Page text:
After Ray Rice, the NFL Needs to Go Big to Restore Brand With Women

It may be 'toast' if it doesn't, marketers say

Female fans may now have second thoughts about pro football

If the National Football League addresses the Ray Rice scandal as merely a public relations problem, most branding experts and marketing execs say it's making a colossal mistake. In fact, Christopher Lehmann, ecd and general manager for Landor Associates' Chicago office, said the league "is toast" if it adopts a weak crisis strategy.

"Any truly great brand will take an event like this—or, more exactly, a topic of serious social concern like domestic violence—and know that it must confront the issue and act like a leader," he said. "If all the NFL is seen to do is manage its PR in pursuit of profit rather than act on its civic obligation, it's up to the fans to stand up and lead—not just women but husbands and fathers, too."

Bob Dorfman, ecd at Baker Street Advertising and a sports marketing analyst, predicts the league will nearly go over the top with its response with a number of publicized efforts on the domestic violence issue, including education programs for its players and big donations to anti-violence programs.

"[There] may be even a Sunday during the season," he said, "dedicated to national awareness of this issue, with every player wearing specially designed uniform patches, a theme song written by [pop singer] Pharrell performed during every game’s halftime that week, TV ads featuring top players addressing the subject, etc., etc. The league will throw their money and resources at the issue, and the games will go on, stronger than ever."

Is the NFL in Trouble With Female Fans?

A quick recap of relevant recent events: The National Football League—one of the great empires in modern media—recently boasted that women now make up 46 percent of its fans. And then yesterday came TMZ's release of what can now be referred to as "the most-disturbing Ray Rice video," which clearly showed the Baltimore Ravens running back throwing a violent punch into the face of his then-fiancée and now-wife Janay Rice. Social media outrage ensued, the team kicked him off and the NFL suspended him indefinitely. People were aghast that such a video existed. But before the clip surfaced, Rice had only been suspended for two games and fined a little more than $58,000 after a first video from the same incident was published by TMZ that showed him dragging his unconscious wife through a hotel lobby.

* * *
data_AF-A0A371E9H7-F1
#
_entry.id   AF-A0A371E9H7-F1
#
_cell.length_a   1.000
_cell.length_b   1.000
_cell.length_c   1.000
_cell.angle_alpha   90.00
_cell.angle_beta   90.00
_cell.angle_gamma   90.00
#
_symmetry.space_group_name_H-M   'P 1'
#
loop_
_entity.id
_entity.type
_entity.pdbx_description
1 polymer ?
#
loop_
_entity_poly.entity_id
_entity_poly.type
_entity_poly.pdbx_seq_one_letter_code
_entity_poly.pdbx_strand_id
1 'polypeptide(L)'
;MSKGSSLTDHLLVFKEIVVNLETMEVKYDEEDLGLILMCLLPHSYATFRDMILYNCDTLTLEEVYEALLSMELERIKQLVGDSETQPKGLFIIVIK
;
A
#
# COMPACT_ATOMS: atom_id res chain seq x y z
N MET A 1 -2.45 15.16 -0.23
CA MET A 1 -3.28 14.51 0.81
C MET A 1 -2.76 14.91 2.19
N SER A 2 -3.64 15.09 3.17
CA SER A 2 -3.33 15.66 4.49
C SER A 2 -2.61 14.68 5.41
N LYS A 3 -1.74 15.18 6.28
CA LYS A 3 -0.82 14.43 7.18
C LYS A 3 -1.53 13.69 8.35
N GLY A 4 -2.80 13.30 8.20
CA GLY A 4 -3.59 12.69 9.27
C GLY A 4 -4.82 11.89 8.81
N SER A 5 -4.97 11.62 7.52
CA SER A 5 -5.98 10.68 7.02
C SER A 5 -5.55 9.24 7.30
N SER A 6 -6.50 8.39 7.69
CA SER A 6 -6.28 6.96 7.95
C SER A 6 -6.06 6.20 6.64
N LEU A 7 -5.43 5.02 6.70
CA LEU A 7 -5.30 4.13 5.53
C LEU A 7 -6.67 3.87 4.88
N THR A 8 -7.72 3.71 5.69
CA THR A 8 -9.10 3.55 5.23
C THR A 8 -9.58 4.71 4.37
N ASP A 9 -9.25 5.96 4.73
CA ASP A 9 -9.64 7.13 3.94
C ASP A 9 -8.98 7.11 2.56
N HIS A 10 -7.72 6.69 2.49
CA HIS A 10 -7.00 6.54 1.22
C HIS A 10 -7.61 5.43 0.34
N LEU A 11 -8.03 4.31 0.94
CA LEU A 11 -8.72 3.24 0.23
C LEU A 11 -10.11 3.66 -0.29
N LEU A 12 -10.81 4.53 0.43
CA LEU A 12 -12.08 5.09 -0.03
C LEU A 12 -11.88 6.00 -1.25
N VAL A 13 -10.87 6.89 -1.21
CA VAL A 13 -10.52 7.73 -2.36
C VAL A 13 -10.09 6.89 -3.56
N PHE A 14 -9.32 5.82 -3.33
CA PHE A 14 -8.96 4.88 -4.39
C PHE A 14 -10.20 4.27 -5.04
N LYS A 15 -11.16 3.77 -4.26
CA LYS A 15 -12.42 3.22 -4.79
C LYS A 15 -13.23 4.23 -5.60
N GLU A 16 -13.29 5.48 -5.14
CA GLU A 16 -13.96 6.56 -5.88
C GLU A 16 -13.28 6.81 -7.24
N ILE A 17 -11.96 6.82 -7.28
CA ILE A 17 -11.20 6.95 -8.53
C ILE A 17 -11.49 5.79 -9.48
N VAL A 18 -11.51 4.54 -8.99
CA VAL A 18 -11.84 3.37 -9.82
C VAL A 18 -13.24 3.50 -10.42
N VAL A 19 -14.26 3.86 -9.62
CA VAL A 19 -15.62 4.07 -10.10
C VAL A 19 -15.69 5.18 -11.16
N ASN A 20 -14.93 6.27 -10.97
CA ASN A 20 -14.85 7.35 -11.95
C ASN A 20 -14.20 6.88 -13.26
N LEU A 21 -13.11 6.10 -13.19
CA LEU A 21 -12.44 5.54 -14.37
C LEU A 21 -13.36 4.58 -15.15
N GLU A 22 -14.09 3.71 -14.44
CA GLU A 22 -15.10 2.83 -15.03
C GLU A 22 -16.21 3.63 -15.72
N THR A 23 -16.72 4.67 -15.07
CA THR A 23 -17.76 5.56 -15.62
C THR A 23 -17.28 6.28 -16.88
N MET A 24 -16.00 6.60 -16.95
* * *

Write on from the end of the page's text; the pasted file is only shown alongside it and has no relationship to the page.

"The NFL's been criticized because the initial punishment didn't exactly fit the crime," said Charlotte Tomic, public relations consultant at Tomic Communications.

And because the NFL is immensely popular—marketing company Branding Keys rates the league as America's No. 1 brand in terms of consumer sports loyalty—the development raises the question about whether pro football's lost any of the ground it has made with women in recent years due to the Rice episode.

"There’s no doubt in my mind that it will have an effect," said Jason Sullivan, managing director of ad agency Publicis Seattle. "Now, how much of an effect truly depends on how the league continues to address the situation."

Sullivan added, "Even for a league built on the bedrock of masculinity, whose players are idolized as modern-day gladiators, this isn't a brand issue. Heck, this isn't even a women’s issue. This is a human issue, and the NFL has a responsibility to start acting like the role model it sells its players as. But for now, the league needs to start walking down the long path to repairing a large blemish on its shield [logo]. It's often said that the principled path isn’t the easiest path."

The NFL, in terms of merchandising, already had problems with its female audience, which has grown tired of the league's onslaught of pink team jerseys that have seem to wink at the idea of femininity in an overwrought manner.

"Outside of [the Ray Rice] issue, we think the NFL has been in a shaky position with women as females are becoming less satisfied with just ... focusing so much on the fashion component rather than making the games more inviting to all groups," said Paul Beck, COO of ad agency Attention.

Kevin Meany, CEO of BFG Communications, wonders how deeply the Rice scenario will resonate with female fans of the Dallas Cowboys, San Francisco 49ers or the reigning Super Bowl champions Seattle Seahawks.

"I don’t know any woman whose favorite team is the NFL," he said. "In other words, the Baltimore Ravens may take a hit, but the league is at least one step removed from the fans. Women, and men alike, get behind their team on Sunday afternoon—not the NFL. So to answer the question, yes, I’m certain the Ray Rice debacle will hurt the league’s brand, but it likely won’t affect ticket sales or TV ratings. On the other hand, I can pretty much guarantee, [NFL] commissioner Roger Goodell, married with two daughters, is the brand that’s been hurt, both at home and in the office."

Eric Johnson, founder and president of ad agency Ignited, was more skeptical about the scandal's long-term impact on the league. "It was a horrible act, but [Rice will] take the blame, not the league," he said. "By isolating him, and punishing him, it will close this ugly chapter."

While opinions vary among marketers when it comes to the long-term effect of the Rice fiasco, the seriousness of it all is lost on no one.

"The debacle really should hurt the league's brand with women, and I hope it does, significantly and permanently," said Toby Southgate, Brand Union CEO. "Will it? Let's see."

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